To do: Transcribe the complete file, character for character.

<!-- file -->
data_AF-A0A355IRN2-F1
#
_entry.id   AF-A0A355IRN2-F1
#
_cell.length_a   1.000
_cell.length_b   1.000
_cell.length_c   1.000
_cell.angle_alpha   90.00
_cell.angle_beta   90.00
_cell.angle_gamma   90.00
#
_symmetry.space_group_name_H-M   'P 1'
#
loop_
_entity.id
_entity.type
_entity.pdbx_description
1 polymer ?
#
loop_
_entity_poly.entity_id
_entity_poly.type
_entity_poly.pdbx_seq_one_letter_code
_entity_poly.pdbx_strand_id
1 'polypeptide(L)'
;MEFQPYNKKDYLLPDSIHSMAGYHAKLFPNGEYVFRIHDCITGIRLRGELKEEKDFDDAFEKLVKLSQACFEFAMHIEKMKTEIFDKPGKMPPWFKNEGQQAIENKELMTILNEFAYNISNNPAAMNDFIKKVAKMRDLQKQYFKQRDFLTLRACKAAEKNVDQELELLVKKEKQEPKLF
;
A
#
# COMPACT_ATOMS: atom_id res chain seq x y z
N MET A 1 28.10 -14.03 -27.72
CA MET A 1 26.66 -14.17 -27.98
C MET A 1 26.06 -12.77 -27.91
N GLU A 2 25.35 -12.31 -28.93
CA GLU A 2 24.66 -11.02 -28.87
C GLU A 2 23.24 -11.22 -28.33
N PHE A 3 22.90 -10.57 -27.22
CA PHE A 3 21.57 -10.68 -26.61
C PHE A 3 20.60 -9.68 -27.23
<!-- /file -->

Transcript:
data_AF-A0A355IRN2-F1
#
_entry.id   AF-A0A355IRN2-F1
#
_cell.length_a   1.000
_cell.length_b   1.000
_cell.length_c   1.000
_cell.angle_alpha   90.00
_cell.angle_beta   90.00
_cell.angle_gamma   90.00
#
_symmetry.space_group_name_H-M   'P 1'
#
loop_
_entity.id
_entity.type
_entity.pdbx_description
1 polymer ?
#
loop_
_entity_poly.entity_id
_entity_poly.type
_entity_poly.pdbx_seq_one_letter_code
_entity_poly.pdbx_strand_id
1 'polypeptide(L)'
;MEFQPYNKKDYLLPDSIHSMAGYHAKLFPNGEYVFRIHDCITGIRLRGELKEEKDFDDAFEKLVKLSQACFEFAMHIEKMKTEIFDKPGKMPPWFKNEGQQAIENKELMTILNEFAYNISNNPAAMNDFIKKVAKMRDLQKQYFKQRDFLTLRACKAAEKNVDQELELLVKKEKQEPKLF
;
A
#
# COMPACT_ATOMS: atom_id res chain seq x y z
N MET A 1 28.10 -14.03 -27.72
CA MET A 1 26.66 -14.17 -27.98
C MET A 1 26.06 -12.77 -27.91
N GLU A 2 25.35 -12.31 -28.93
CA GLU A 2 24.66 -11.02 -28.87
C GLU A 2 23.24 -11.22 -28.33
N PHE A 3 22.90 -10.57 -27.22
CA PHE A 3 21.57 -10.68 -26.61
C PHE A 3 20.60 -9.68 -27.23